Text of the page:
Nutrition and Inflammation

By Jeannie Versagli, Registered Dietitian

Nutrition has a direct impact on the wellness of an individual.  Today as we face the COVID-19 outbreak, it is vital that you understand and know how healthy eating keeps you well.

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What is Inflammation?

Inflammation is known as an acute- or chronic-state in which the body is trying to maintain homeostasis.

Research indicates that there is a link between inflammation and an increase in diseases such as diabetes, cardiac, Alzheimer’s and obesity, not to mention a decrease in the ability of the body to ward off illnesses.

A growing amount of evidence is linking foods and eating patterns to inflammation. In the Journal of the American College of Cardiology, scientists discovered that diets high in refined starches, sugars, saturated fats combined with low-intake of fruits, vegetables, whole grains, and omega-3 fatty acids increased the inflammatory responses in the body. Scientist Burton-Freeman explains that phytonutrients in plant foods reduce inflammation through multiple pathways in the body.

This means that one of the most powerful tools to combat inflammation comes not from the pharmacy, but from the grocery store. “Many research studies show that components of certain foods may have anti-inflammatory effects,” states a professor of nutrition and epidemiology, Dr. Frank Hu, from the Department of Nutrition at the Harvard School of Public Health. By choosing the right anti-inflammatory foods, you may be able to reduce your risk of illness. Choosing the wrong foods can accelerate the inflammatory disease process.

Research indicates that you should do the following to maximize your immune system:

  • Look to fruits and vegetables that provide a rainbow of colors.  Servings of these foods should be half of your plate.  You can choose fresh, frozen, and/or canned items, but make sure canned items have no added sugars and are low in sodium.
  • Be smart about protein choices – don’t over-consume meats and other proteins. Look to consume 5 to 6 ounces of meat throughout the day, and try to eat fish containing high amounts of omega 3 fatty acids (cold water fish) twice a week.  Enjoy meatless meals using legumes, lentils, beans and peas. Be sure to avoid highly processed meats such as deli meats, bacon and sausages. Limit red meats (beef and pork) to a few times per month.  Poultry is encouraged more frequently.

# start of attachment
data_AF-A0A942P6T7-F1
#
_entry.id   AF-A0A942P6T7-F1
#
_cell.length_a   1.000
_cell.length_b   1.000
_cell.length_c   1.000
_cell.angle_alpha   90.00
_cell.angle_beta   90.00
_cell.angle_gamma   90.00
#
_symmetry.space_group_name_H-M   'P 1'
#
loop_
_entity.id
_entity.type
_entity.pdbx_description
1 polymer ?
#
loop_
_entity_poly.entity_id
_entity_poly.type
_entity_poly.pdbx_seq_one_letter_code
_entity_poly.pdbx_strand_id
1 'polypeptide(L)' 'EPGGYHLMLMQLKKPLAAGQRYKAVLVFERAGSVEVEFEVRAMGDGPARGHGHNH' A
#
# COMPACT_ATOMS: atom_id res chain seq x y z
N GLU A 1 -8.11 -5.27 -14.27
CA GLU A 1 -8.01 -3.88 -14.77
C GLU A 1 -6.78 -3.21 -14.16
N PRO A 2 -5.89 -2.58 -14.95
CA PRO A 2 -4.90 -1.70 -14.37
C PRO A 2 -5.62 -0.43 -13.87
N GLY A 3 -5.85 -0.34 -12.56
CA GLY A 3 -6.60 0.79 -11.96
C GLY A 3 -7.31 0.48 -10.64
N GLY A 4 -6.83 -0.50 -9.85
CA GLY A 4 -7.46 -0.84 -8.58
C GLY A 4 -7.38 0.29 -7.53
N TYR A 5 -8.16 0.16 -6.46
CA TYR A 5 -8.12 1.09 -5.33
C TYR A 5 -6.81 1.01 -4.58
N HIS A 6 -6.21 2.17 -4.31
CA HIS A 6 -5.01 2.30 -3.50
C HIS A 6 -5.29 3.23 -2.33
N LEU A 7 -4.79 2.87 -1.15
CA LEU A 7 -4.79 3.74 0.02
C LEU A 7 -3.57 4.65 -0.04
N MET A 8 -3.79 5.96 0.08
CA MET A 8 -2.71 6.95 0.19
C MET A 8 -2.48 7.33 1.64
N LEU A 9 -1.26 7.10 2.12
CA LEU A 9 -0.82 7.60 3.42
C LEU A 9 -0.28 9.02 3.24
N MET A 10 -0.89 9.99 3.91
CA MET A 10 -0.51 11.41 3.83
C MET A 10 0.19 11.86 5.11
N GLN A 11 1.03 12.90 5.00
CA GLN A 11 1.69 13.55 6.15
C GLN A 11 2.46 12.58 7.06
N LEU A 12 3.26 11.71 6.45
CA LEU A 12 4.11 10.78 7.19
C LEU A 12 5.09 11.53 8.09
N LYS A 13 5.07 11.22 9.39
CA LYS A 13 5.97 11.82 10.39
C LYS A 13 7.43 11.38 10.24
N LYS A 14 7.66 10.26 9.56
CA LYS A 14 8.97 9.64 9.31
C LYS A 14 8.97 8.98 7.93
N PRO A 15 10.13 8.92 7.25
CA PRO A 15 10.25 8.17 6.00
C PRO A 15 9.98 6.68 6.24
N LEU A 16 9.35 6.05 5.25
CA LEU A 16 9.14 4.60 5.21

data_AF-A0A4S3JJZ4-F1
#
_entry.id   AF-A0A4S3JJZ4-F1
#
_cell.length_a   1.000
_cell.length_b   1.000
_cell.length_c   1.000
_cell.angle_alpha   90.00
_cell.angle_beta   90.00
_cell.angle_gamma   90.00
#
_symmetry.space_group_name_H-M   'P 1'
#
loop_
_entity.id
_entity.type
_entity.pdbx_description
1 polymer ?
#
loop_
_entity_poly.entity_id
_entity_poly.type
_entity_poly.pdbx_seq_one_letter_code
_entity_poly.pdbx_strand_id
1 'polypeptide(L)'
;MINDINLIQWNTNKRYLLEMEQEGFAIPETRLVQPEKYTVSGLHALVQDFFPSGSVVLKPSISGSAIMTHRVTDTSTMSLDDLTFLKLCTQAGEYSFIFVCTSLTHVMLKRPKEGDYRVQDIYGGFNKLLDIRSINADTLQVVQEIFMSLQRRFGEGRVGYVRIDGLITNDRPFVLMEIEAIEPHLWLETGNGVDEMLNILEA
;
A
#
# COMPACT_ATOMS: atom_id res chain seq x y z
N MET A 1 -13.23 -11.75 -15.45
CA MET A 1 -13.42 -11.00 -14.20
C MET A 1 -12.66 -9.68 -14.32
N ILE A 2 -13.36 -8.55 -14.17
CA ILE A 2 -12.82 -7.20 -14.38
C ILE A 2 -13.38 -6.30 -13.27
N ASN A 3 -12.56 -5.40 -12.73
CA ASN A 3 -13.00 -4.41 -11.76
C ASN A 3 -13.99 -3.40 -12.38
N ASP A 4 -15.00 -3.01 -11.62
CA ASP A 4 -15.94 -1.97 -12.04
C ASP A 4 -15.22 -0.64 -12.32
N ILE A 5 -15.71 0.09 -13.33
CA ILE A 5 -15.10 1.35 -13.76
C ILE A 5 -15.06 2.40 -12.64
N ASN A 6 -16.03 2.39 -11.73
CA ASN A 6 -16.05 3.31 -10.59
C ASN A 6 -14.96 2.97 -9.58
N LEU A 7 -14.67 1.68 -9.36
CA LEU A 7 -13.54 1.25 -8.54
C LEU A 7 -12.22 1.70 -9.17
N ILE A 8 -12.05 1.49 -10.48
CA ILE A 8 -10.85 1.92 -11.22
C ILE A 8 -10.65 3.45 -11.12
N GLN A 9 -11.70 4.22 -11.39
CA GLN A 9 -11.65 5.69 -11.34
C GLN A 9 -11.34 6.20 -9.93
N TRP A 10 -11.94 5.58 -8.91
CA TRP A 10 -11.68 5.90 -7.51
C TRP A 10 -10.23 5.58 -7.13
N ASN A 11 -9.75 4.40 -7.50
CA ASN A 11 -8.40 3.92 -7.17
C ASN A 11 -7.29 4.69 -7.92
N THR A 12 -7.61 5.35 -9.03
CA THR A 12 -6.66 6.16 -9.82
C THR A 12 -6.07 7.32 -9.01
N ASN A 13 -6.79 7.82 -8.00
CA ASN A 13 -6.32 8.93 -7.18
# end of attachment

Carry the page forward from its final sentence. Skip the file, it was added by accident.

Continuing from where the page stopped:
• Fats are part of a healthy diet but focus on healthy sources such as walnuts, seeds (chia, flax, and hemp) and oils, (olive, sunflower and safflower). 
  • Consume whole grain carbohydrates that provide excellent sources of fiber.  Examples are brown rice, quinoa, millet, and oats.  Try to include 30 grams of fiber for males and 25 grams of fiber for females each day.
  • Avoid refined foods, these proved low nutrient content and encourage inflammatory responses in the body. Candy, cakes, cookies, chips, and fried foods are a few of the most popular.
  • While many foods are good for you, some can be calorie dense, like oils or nuts. Balance your caloric intake to promote a healthy weight.
  • Use fresh herbs and spices to boost the immunity properties (and flavor profile!) of your foods by incorporating these into your cooking routine daily: cinnamon, ginger, turmeric, rosemary, thyme, garlic, basil, and parsley. 
  • Sambucus Elderberry extract activates the immune system by increasing the inflammatory cytokine production.
  • Dark Chocolate and green tea provide rich resources of Polyphenols that provide many anti-inflammatory properties by preventing free radical formation. One ounce of dark chocolate each day can provide anti-inflammatory properties. 
  • Pre- and probiotics studies have shown that these microbiota can decrease the activity of pro-inflammatory cytokines, thus blocking pathogens from entering the body, preventing inflammation.
  • Know your Vitamin D levels.  Studies indicate that low levels of this vitamin increase susceptibility to infections. Often supplementation is necessary – check with your doctor to find out if you should be taking a supplement.

There is currently a nutritional regime that includes all the above-mentioned nutrients, enhancing the exposure to the anti-inflammatory nutrients – The Mediterranean Diet

This diet advocates consuming generous amounts of ….

  • fruits and vegetables to include a variety of colors…red, green and yellow
  • whole grains high in fiber content
  • legumes
  • nuts
  • minimal intake of red meats – increased fish consumption 
  • moderate consumption of red wine; 5 ounces a day for females and 10 ounces a day for males  
  • use of olive oils

Embracing these nutritional recommendations along with proper sleep (7 to 8 hours each night), maintaining a stable weight, and including 30 to 60 minutes of moderate – intense exercise most days of the week will provide the body’s ability to combat inflammation to its maximum capabilities.  Learning and knowing how nutrition influences our health outcomes set us on a path to wellness.


Hockessin Athletic Club opened its doors on June 10 2007. Boasting over 100,000 sq. ft., a 5-pool aquatics complex, and over 200+ weekly group and aqua fitness classes, it is Delaware's premier fitness destination. 100 Fitness Way, Hockessin, DE ·

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